Home Tour: This Nature-Inspired Abode Brings The Outdoors In
A luxuriant garden is not only beautiful to look at; it can also conjure up a sense of calm, especially in Singapore’s concrete jungle. This is especially important for homes, in which residents seek comfort and calm while spending time with their loved ones.
Designed by Foma Architects, this 9,838sqft corner terrace house in the western part of Singapore embodies this verdant concept. “Being horticulture enthusiasts, the owners requested to have a house with spaces that cater to religious and social gatherings, as well as gardening,” says Tan Chun Hao, principal of Foma Architects, who established the firm in 2012 with his partner Terence Tan. “Therefore, we amalgamated both quality living spaces and greenery all around the house.”
From the main gate, the structure is seen as a monolithic block that peels a little from its wall partition, bringing natural light into the deep plan. The property employs different ways of addressing its east-west facing direction. The screens protect the interiors from extreme heat and glare, and the hermetic, marble-clad wall insulates heat.
The architect made the front of this abode opaque in order to slowly reveal its various spaces. “The entrance of the house is designed as a solid frontage clad in black granite in a natural split finish. The intention is to create a little surprise after one has entered the main door, to see the central garden,” says Tan.
Glassed walls and balconies enable the garden in the courtyard to be visible from every part of the house. It lets the family—a couple and their three grown sons, one of whom is married with a child—feel like they are living in a resort. Tan also ensured that many of the fullheight windows are operable to capture the prevailing north-south winds.
“On the higher floors, planter boxes filled with a variety of plants surround the entire extent of the balcony with hanging greenery and climbers on the railing, forming a continuous layer of landscaping that surrounds the bedrooms. The lush foliage heightens the sensation of being immersed in nature and shields the occupants from the prying eyes of passers-by,” explains Tan.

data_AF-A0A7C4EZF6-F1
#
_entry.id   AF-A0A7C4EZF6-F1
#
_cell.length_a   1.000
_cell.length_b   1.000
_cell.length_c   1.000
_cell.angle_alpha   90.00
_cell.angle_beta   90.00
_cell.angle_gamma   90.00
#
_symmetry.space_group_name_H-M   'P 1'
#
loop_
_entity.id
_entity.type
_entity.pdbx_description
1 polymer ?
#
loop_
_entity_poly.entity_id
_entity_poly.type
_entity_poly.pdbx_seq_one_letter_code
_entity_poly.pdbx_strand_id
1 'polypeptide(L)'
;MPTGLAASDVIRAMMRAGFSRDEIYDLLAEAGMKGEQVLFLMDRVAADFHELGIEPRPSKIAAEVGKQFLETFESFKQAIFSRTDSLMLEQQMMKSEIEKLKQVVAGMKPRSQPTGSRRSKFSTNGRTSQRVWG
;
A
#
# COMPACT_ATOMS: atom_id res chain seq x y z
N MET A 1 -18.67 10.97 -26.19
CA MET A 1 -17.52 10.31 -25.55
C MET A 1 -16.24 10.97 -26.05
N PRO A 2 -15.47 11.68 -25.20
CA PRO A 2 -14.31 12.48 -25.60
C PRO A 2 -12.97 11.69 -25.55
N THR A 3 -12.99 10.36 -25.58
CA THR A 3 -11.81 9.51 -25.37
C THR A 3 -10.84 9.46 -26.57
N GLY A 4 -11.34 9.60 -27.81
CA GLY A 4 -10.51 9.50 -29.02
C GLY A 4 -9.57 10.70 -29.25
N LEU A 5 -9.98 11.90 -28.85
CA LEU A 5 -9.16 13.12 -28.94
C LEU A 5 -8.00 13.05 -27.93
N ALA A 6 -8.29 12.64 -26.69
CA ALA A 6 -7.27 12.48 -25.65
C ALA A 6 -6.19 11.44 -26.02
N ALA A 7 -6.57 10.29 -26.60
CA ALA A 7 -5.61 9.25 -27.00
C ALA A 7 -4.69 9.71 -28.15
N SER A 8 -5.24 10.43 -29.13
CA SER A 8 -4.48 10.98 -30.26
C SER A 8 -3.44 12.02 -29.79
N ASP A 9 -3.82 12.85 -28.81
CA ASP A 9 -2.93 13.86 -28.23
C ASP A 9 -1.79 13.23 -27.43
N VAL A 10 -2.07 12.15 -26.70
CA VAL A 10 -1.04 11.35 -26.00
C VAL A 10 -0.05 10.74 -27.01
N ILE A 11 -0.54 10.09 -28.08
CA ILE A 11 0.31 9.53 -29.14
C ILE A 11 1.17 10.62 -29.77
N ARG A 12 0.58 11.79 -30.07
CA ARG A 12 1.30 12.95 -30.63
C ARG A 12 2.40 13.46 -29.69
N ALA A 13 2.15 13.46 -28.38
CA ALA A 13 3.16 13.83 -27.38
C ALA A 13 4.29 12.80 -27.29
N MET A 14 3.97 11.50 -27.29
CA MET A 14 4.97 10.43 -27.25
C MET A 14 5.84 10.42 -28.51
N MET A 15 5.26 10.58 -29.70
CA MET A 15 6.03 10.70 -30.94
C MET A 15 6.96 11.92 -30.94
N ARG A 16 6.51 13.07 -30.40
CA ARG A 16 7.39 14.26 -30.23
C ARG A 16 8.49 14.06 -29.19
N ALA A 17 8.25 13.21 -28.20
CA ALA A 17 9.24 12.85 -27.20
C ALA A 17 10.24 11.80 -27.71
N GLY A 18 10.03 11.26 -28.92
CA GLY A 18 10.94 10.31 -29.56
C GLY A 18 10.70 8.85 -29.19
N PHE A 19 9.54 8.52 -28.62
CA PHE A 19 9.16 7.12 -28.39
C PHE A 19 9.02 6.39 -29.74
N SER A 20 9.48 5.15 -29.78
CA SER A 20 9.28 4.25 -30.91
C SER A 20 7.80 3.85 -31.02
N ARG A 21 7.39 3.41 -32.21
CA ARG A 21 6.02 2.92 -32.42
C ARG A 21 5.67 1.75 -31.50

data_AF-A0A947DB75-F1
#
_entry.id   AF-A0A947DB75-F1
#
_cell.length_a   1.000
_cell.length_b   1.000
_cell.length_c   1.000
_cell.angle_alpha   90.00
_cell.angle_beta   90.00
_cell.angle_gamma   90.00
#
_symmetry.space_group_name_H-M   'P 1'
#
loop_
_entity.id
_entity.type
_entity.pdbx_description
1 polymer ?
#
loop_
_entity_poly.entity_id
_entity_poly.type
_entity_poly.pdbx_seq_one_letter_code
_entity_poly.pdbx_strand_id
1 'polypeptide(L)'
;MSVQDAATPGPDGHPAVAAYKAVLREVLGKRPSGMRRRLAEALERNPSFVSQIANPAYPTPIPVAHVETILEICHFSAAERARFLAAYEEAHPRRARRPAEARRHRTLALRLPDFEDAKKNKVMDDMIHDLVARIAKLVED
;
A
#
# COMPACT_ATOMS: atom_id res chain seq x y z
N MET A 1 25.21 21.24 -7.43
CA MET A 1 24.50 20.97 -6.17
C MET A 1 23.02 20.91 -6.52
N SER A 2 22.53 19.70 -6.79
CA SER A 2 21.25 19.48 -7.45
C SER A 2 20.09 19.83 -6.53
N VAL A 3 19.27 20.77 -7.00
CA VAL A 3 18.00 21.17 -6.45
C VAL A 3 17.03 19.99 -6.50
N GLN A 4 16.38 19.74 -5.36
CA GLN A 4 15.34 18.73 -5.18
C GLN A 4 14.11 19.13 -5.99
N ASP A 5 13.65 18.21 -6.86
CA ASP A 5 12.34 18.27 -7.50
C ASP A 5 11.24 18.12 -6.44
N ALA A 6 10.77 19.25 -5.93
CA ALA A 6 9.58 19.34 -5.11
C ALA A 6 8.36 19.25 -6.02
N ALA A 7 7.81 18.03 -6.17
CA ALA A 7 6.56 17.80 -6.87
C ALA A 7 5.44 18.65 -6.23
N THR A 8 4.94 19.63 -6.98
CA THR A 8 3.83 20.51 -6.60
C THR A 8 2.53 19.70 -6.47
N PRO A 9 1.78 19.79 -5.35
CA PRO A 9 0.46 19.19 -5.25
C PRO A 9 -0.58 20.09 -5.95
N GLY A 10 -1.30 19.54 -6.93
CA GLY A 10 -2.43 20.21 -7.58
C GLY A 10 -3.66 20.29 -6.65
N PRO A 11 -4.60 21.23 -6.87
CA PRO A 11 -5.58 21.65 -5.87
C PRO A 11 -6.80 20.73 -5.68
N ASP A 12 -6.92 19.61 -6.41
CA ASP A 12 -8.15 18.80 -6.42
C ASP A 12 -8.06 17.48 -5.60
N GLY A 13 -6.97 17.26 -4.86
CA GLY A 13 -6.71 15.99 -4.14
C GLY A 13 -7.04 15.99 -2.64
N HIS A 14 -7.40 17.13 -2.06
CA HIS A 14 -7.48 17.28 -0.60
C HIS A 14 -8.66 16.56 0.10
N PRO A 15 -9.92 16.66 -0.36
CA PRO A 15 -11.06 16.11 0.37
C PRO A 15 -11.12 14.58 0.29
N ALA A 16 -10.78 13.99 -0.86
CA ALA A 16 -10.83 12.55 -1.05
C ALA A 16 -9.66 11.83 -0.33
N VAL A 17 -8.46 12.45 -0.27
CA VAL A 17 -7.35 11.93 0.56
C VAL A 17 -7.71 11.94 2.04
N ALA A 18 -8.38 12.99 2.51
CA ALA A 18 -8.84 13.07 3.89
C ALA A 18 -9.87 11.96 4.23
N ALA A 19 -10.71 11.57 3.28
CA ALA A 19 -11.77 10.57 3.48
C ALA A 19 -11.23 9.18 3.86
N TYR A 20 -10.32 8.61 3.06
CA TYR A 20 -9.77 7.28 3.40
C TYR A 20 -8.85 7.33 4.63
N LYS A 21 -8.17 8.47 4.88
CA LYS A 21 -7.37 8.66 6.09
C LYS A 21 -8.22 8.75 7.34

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The layout of the home traces the topography of the land, which slopes lower at the rear, enhancing this meandering effect through natural terrain. The ground floor, being more public, hosts activities for visitors. The entrance door opens into a prayer hall, and a short flight of steps leads to an entertainment area behind. Both of these spaces are enveloped in greenery.
Taking advantage of the terrain, Tan installed a small waterfall that runs from the direction of the prayer hall to the entertainment space. The sound of moving water is conducive to both spiritual solitude and convivial gatherings. Tan selected a transparent shell for the lift shaft, which faces the garden, so the occupants can appreciate the landscape even when transitioning between floors.
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The first storey contains the living room, dining area and kitchen. The second storey overlooks this doublevolume space and the garden beyond; a more intimate family room is also located here, amplifying the choice of gathering areas that are still interconnected.
“This living and dining area was created as a space for the family to gather and host close friends and relatives. We wanted it to be grand, bright and at the same time, relaxing,” says Tan. The external vertical louvres afford privacy.
The third storey houses bedrooms for the three sons. A balcony connects the bedrooms of the younger sons, while the eldest son and his wife reside in the other wing, which is connected via a bridge. Crossing it lets the family appreciate the courtyard garden from an aerial view. The master bedroom and a spacious study take up the whole attic. The bedroom enjoys a garden along its entire length, which culminates in an intimate plot of green for private contemplation in nature.
The house’s earthy palette is cohesive with its garden concept. “The front and rear facades are clad in travertine because it is a good heat insulator and is able to withstand the harsh tropical climate,” Tan explains. “Chengal wood is used for all outdoor decking and wall cladding for its sturdiness, durability and resistance against termites.”
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Inside the house, Daino Reale marble adorns the living and dining area floor. American white oak timber lends a tactile feel underfoot in the bedrooms and upper level corridors. The first-storey toilets employ homogeneous tiles for easy maintenance. “We believe that good architecture and interior design are achieved by striking a balance between man, nature and their respective environments,” says Tan. This project, which took 15 months to complete, certainly reflects that philosophy.
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